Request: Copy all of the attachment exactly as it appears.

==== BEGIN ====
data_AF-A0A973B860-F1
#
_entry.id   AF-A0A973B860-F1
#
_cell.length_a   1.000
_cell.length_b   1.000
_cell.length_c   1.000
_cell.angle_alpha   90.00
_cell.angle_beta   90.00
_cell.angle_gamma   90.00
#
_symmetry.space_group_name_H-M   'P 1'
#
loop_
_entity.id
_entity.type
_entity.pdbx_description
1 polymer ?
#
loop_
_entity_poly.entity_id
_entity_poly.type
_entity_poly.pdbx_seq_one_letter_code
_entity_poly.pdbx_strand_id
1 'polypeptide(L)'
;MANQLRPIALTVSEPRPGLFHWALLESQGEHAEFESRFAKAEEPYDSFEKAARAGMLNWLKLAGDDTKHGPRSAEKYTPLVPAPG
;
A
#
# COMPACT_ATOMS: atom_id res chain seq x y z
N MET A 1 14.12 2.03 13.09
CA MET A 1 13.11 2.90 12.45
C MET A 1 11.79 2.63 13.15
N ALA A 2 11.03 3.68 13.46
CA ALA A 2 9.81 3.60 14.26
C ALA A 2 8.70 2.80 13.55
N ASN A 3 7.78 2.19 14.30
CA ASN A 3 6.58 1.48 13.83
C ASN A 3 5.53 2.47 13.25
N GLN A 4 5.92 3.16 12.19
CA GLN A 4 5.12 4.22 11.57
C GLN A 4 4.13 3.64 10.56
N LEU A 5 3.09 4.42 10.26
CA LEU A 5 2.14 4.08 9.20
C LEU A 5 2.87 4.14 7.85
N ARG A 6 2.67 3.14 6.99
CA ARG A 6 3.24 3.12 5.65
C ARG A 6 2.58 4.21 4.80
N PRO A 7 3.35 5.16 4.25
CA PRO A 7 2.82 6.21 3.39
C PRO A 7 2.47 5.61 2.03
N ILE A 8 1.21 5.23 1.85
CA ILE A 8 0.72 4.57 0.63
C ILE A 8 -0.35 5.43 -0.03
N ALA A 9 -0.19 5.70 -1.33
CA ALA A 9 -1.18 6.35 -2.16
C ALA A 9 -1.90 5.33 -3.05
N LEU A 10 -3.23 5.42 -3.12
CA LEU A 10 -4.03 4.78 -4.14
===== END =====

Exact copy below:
data_AF-A0A973B860-F1
#
_entry.id   AF-A0A973B860-F1
#
_cell.length_a   1.000
_cell.length_b   1.000
_cell.length_c   1.000
_cell.angle_alpha   90.00
_cell.angle_beta   90.00
_cell.angle_gamma   90.00
#
_symmetry.space_group_name_H-M   'P 1'
#
loop_
_entity.id
_entity.type
_entity.pdbx_description
1 polymer ?
#
loop_
_entity_poly.entity_id
_entity_poly.type
_entity_poly.pdbx_seq_one_letter_code
_entity_poly.pdbx_strand_id
1 'polypeptide(L)'
;MANQLRPIALTVSEPRPGLFHWALLESQGEHAEFESRFAKAEEPYDSFEKAARAGMLNWLKLAGDDTKHGPRSAEKYTPLVPAPG
;
A
#
# COMPACT_ATOMS: atom_id res chain seq x y z
N MET A 1 14.12 2.03 13.09
CA MET A 1 13.11 2.90 12.45
C MET A 1 11.79 2.63 13.15
N ALA A 2 11.03 3.68 13.46
CA ALA A 2 9.81 3.60 14.26
C ALA A 2 8.70 2.80 13.55
N ASN A 3 7.78 2.19 14.30
CA ASN A 3 6.58 1.48 13.83
C ASN A 3 5.53 2.47 13.25
N GLN A 4 5.92 3.16 12.19
CA GLN A 4 5.12 4.22 11.57
C GLN A 4 4.13 3.64 10.56
N LEU A 5 3.09 4.42 10.26
CA LEU A 5 2.14 4.08 9.20
C LEU A 5 2.87 4.14 7.85
N ARG A 6 2.67 3.14 6.99
CA ARG A 6 3.24 3.12 5.65
C ARG A 6 2.58 4.21 4.80
N PRO A 7 3.35 5.16 4.25
CA PRO A 7 2.82 6.21 3.39
C PRO A 7 2.47 5.61 2.03
N ILE A 8 1.21 5.23 1.85
CA ILE A 8 0.72 4.57 0.63
C ILE A 8 -0.35 5.43 -0.03
N ALA A 9 -0.19 5.70 -1.33
CA ALA A 9 -1.18 6.35 -2.16
C ALA A 9 -1.90 5.33 -3.05
N LEU A 10 -3.23 5.42 -3.12
CA LEU A 10 -4.03 4.78 -4.14